Well it’s been an amazing week for amateur astronomers here in South Africa. After weeks of frantic last-minute preparations, the annual ScopeX telescope and astronomy expo ran without a hitch on Saturday, and I think it was a huge success. We had a good turnout from the Amateur Telescope Making community, the astrophotography competition was well supported, and our special guests were a real hit with their talks in the auditorium. Francis O’Reilly of the famous Stellafane telescope building club, flew in from the USA especially to see how we build ‘scopes here on the southern tip of Africa, and gave a talk about Stellafane. Our other special guest, Thierry Legault, was flown in by the French Embassy and spoke on the photography of artificial satellites. He should need no introduction, of course, but his images of the ISS occulting the Sun are world-renowned. It was a real privilege to spend several hours in conversation with both men, and I hope to see them again in the future.
The Carnival of Space
But enough of this. You’re here for the weekly Carnival of Space, a roving collection of the best writing on space science and astronomy, hosted by a new website every week. Today it’s Urban Astronomer’s turn, and the fun starts here:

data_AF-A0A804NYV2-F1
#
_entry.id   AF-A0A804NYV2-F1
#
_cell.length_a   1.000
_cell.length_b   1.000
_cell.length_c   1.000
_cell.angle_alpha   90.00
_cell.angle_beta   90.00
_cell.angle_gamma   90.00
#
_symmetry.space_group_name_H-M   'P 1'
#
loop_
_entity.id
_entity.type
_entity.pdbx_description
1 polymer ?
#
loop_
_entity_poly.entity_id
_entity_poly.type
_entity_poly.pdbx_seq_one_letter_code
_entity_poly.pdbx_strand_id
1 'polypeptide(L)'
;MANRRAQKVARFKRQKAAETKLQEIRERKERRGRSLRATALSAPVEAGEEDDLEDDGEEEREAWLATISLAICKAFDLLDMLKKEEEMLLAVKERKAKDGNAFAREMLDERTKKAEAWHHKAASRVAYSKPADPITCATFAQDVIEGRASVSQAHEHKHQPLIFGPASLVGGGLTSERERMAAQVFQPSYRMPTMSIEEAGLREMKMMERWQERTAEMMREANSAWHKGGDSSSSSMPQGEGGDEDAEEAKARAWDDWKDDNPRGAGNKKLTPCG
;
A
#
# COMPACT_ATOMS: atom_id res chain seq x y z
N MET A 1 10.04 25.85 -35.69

Let’s start things rolling with a collection of ten NASA press release images as selected and captioned by ASU to the Lunar and Planetary Institute’s Flickr page. Images of Mars, Ceres, Pluto, Titan and Comet Churyumov-Gerasimenko
Then, move along to regular host Universe Today:
- SpaceX’s Space Coast Launch Facilities Escape Hurricane Matthew’s Wrath, May Resume Launches this Year
- President Obama Puts US All In For Mars
- A New Dwarf Planet Joins The Solar System Family
From the official Chandra X-ray Telescope blog:
A bumper pack of articles by Next Big Future:
- Possible extraterrestrial signals in 234 out of 2.5 million stars detected light emissions could be laser beacons
- Breakthrough listen will check the possible laser beacon signals using Automated Planet finder telescope
- Observable universe has ten times more galaxies than prior estimate, new estimate 2 trillion galaxies
- Universe has about 2 trillion trillion (2 Septillion) stars based on estimate of galaxies and stars in galaxies and stars outside of galaxies
- Virgin galactic Branson aims for point to point hypersonic suborbital travel
And finally, Links Through Space:
- “Here at Links through Space we introduce a series of 7 articles on the Age of Astronomy.
This series focuses on tangible evidence such as relics, artifacts, astronomical alignments and star maps that establishes the age of Astronomy.
Follow our Ancient Astronomy Series: THE AGE OF ASTRONOMY.
Read the posts and find out the true age of astronomy. 6/7: Astronomical Alignments: Megaliths of Carnac, France. 3300BC.“
And there you have it! If you enjoyed this week’s carnival, please tell a friend – our various authors would love you to share their work. Until next week then, clear skies and look up!